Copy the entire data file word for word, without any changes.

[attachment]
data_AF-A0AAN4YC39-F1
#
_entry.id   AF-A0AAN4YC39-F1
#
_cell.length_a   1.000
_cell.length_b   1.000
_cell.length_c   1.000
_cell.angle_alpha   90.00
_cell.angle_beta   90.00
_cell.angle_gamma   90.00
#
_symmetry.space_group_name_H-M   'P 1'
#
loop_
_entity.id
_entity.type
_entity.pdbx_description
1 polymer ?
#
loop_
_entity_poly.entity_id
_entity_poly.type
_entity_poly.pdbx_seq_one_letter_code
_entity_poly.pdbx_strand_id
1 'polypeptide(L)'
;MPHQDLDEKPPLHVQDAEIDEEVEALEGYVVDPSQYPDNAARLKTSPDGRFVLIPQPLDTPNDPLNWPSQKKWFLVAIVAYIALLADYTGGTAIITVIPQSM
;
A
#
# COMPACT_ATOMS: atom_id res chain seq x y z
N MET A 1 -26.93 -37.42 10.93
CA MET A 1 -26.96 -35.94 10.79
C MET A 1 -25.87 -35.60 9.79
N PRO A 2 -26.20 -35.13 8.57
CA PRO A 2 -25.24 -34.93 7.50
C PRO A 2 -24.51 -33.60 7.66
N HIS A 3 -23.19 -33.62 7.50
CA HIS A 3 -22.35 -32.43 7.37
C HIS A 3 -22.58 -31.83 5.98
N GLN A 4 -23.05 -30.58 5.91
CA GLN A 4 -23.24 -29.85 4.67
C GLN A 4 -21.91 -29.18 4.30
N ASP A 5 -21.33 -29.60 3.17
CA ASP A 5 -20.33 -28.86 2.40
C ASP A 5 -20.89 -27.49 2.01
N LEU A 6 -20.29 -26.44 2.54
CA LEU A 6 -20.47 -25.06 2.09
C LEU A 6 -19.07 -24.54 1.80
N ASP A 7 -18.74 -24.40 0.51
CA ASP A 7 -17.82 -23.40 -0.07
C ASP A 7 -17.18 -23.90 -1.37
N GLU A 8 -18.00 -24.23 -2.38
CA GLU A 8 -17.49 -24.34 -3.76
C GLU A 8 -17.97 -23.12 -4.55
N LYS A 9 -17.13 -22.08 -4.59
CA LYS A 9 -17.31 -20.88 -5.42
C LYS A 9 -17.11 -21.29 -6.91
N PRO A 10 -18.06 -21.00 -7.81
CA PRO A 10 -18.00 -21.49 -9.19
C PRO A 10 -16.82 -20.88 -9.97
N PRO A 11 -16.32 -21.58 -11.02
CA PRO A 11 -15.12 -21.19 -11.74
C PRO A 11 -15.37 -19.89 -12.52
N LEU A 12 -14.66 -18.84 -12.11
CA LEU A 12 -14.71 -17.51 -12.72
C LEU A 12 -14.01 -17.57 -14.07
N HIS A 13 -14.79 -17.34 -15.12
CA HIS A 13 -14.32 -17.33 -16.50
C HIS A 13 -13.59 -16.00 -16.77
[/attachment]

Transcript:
data_AF-A0AAN4YC39-F1
#
_entry.id   AF-A0AAN4YC39-F1
#
_cell.length_a   1.000
_cell.length_b   1.000
_cell.length_c   1.000
_cell.angle_alpha   90.00
_cell.angle_beta   90.00
_cell.angle_gamma   90.00
#
_symmetry.space_group_name_H-M   'P 1'
#
loop_
_entity.id
_entity.type
_entity.pdbx_description
1 polymer ?
#
loop_
_entity_poly.entity_id
_entity_poly.type
_entity_poly.pdbx_seq_one_letter_code
_entity_poly.pdbx_strand_id
1 'polypeptide(L)'
;MPHQDLDEKPPLHVQDAEIDEEVEALEGYVVDPSQYPDNAARLKTSPDGRFVLIPQPLDTPNDPLNWPSQKKWFLVAIVAYIALLADYTGGTAIITVIPQSM
;
A
#
# COMPACT_ATOMS: atom_id res chain seq x y z
N MET A 1 -26.93 -37.42 10.93
CA MET A 1 -26.96 -35.94 10.79
C MET A 1 -25.87 -35.60 9.79
N PRO A 2 -26.20 -35.13 8.57
CA PRO A 2 -25.24 -34.93 7.50
C PRO A 2 -24.51 -33.60 7.66
N HIS A 3 -23.19 -33.62 7.50
CA HIS A 3 -22.35 -32.43 7.37
C HIS A 3 -22.58 -31.83 5.98
N GLN A 4 -23.05 -30.58 5.91
CA GLN A 4 -23.24 -29.85 4.67
C GLN A 4 -21.91 -29.18 4.30
N ASP A 5 -21.33 -29.60 3.17
CA ASP A 5 -20.33 -28.86 2.40
C ASP A 5 -20.89 -27.49 2.01
N LEU A 6 -20.29 -26.44 2.54
CA LEU A 6 -20.47 -25.06 2.09
C LEU A 6 -19.07 -24.54 1.80
N ASP A 7 -18.74 -24.40 0.51
CA ASP A 7 -17.82 -23.40 -0.07
C ASP A 7 -17.18 -23.90 -1.37
N GLU A 8 -18.00 -24.23 -2.38
CA GLU A 8 -17.49 -24.34 -3.76
C GLU A 8 -17.97 -23.12 -4.55
N LYS A 9 -17.13 -22.08 -4.59
CA LYS A 9 -17.31 -20.88 -5.42
C LYS A 9 -17.11 -21.29 -6.91
N PRO A 10 -18.06 -21.00 -7.81
CA PRO A 10 -18.00 -21.49 -9.19
C PRO A 10 -16.82 -20.88 -9.97
N PRO A 11 -16.32 -21.58 -11.02
CA PRO A 11 -15.12 -21.19 -11.74
C PRO A 11 -15.37 -19.89 -12.52
N LEU A 12 -14.66 -18.84 -12.11
CA LEU A 12 -14.71 -17.51 -12.72
C LEU A 12 -14.01 -17.57 -14.07
N HIS A 13 -14.79 -17.34 -15.12
CA HIS A 13 -14.32 -17.33 -16.50
C HIS A 13 -13.59 -16.00 -16.77